Water Science and Policy Graduate Program
A Message from the Director
Water is a valuable resource that is critical for the health, vitality, and long-term sustainability of all natural ecosystems. For humans, water plays an essential role in food and energy production, transportation, and recreation.
Worldwide, however, water resources are at a risk. Unsustainable population growth, land-use changes, pollution, and global climate change all threaten the distribution, quantity, and quality of the water on which all life depends.
Protecting and preserving our water resources requires that we take a “big picture” approach that addresses where water comes from, where it goes, how it travels, how it is used by living things, what’s in it, and how to remediate problems and develop policies to protect water.
The interdisciplinary program in Water Science & Policy educates students to address the complex challenges that we face today; to develop solutions that are socially acceptable, economically viable, and environmentally sustainable; and to be true stewards of our environment.
We invite you to join us in our endeavors to ensure that all of Earth’s inhabitants, now and into the future, have adequate supplies of clean, healthy water.
Dr. Shreeram Inamdar
Professor of Watershed Hydrology and Biogeochemistry
By choosing to study Water Science & Policy at the University of Delaware, you will be embarking on an exciting intellectual journey that will challenge you to synthesize knowledge from a number of different fields. No matter what aspect of water you choose as your research focus, you’ll be encouraged to look at how it intertwines with other natural and human aspects of water quality and quantity.
Our interdisciplinary program capitalizes on existing strengths of University of Delaware faculty from many departments across four colleges:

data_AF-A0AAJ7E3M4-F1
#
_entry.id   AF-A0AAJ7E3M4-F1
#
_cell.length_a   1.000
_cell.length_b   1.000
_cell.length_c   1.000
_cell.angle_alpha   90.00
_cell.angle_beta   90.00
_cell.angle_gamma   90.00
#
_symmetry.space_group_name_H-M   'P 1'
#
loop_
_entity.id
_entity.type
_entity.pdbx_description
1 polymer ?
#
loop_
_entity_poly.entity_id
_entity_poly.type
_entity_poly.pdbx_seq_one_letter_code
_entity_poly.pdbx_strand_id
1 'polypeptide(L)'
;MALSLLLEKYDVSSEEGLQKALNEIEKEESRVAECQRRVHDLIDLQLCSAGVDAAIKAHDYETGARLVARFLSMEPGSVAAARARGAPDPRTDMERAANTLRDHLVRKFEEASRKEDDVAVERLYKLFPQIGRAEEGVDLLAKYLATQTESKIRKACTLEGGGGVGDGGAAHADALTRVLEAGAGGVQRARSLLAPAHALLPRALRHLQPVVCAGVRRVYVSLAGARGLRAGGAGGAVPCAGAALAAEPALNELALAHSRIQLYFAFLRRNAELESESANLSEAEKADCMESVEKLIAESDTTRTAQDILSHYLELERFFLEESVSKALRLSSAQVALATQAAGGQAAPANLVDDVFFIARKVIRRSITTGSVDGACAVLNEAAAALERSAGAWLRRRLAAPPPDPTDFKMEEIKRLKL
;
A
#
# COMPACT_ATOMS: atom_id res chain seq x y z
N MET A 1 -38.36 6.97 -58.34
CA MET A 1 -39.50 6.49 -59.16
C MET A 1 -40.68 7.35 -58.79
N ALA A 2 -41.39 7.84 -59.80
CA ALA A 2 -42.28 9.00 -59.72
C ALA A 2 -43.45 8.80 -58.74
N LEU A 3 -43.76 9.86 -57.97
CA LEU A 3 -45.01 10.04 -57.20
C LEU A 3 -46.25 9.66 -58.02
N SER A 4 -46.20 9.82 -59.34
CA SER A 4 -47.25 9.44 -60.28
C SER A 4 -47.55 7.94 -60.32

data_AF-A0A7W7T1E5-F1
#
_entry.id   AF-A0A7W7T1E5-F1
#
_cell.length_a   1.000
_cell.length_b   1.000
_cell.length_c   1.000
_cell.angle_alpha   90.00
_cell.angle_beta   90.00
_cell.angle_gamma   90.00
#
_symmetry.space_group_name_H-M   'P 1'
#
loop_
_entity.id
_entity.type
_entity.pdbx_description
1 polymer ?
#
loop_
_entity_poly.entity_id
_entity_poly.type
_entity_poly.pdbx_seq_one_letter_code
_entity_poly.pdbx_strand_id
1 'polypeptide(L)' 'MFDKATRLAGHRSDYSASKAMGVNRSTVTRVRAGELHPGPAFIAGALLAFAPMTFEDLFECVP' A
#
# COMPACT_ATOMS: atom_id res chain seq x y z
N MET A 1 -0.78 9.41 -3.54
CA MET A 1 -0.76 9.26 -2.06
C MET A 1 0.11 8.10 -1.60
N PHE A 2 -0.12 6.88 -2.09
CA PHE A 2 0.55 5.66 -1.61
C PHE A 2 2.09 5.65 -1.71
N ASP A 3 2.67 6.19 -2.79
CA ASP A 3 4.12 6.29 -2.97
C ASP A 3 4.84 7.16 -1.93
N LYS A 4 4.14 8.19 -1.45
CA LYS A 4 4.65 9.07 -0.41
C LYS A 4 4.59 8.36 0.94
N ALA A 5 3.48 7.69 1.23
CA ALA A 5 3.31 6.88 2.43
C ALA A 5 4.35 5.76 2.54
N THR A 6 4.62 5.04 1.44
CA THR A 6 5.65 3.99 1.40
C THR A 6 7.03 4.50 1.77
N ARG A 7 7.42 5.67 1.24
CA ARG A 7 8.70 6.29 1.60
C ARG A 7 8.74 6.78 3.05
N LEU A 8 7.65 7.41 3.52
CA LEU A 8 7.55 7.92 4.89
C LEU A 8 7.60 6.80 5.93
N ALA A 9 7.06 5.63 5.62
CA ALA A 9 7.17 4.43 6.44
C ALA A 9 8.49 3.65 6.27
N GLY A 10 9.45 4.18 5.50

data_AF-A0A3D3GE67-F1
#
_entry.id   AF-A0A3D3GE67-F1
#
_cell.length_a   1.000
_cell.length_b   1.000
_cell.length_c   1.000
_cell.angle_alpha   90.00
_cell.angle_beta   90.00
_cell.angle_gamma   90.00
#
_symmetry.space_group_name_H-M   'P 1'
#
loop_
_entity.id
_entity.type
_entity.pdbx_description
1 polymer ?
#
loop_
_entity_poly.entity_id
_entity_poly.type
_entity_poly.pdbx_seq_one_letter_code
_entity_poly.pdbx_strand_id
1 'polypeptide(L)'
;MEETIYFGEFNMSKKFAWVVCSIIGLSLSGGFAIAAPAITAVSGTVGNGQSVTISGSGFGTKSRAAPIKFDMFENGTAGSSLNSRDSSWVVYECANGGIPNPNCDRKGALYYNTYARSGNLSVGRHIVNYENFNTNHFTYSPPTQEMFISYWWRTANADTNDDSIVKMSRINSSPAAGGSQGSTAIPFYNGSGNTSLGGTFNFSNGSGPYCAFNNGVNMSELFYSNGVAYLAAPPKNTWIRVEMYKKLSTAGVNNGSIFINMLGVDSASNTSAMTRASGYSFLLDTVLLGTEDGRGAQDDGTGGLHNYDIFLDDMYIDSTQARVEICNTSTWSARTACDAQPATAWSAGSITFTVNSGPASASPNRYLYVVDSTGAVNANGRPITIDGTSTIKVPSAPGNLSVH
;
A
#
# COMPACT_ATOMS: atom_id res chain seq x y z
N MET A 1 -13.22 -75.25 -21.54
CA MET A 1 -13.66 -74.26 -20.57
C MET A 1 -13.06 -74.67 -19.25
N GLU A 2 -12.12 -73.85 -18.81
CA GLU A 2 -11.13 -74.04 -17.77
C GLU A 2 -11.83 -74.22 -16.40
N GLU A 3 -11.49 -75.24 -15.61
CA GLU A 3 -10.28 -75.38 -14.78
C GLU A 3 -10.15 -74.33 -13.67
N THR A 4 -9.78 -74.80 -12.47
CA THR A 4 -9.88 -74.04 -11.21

- College of Agriculture and Natural Resources
- College of Earth, Ocean, and Environment
- College of Engineering
- College of Arts and Sciences
As a student in the program, you may be advised by any of the faculty affiliated with the program. Upon completing the program, your degree will be granted by the college in which your adviser is housed.
The Water Science & Policy Program offers three degree options:
- A Ph.D. with a water science concentration (36 credits),
- A Ph.D. with a water policy concentration (36 credits), and
- A Master of Science with thesis (30 credits)
For both the Ph.D. and the M.S. degrees, you must take courses across five categories, which include the following:
- Physical science
- Chemical/biological science
- Research methods
- Statistics and analysis
The distribution of the total 36 credits for the water science and the water policy concentration areas is provided below.
If you choose the master’s degree option, you will select 24 credits of coursework in consultation with your adviser, with at least three credits from each of the five categories above. With adviser approval, you may substitute directed research in lieu of one course in categories a, b, or c. The balance of the required 30 credits is in thesis work.
- The University of Delaware offers superb laboratory, informatics, library, environmental sensing and shared core instrumentation facilities.
- Delaware is ideally located near government agencies and NGOs in Washington, DC, and New York.
- The faculty solicited input from their own graduate students in developing the program.
- The program especially encourages student interaction with water professionals in research institutions, government agencies, environmental organizations and industry that will enrich the educational experience and provide professional opportunities. Some of the agencies include
- Stroud Water Research Center
- US Geological Survey
- US Fish & Wildlife Service
- Delaware Department of Natural Resources & Environmental Control
- Chesapeake Bay Program
- World Health Organization
Potential Career Paths
Students graduating from the Water Science and Policy program can pursue numerous exciting, water-related career opportunities with academia, national research laboratories (e.g., Oak Ridge National Lab, Pacific Northwest National Lab), federal agencies (e.g., Environmental Protection Agency, US Geological Survey, US Fish and Wildlife Service, US Natural Resource Conservation Service, US Department of Agriculture Agricultural Research Service, US Forest Service), state agencies associated with environmental issues (Delaware Department of Natural Resources and Environmental Control), private consulting companies (CH2M HILL, Ecology & Environment), nongovernmental and nonprofit agencies (Conservation International, World Resources Institute), and numerous international agencies (e.g., International Water Management Institute, World Agroforestry Center).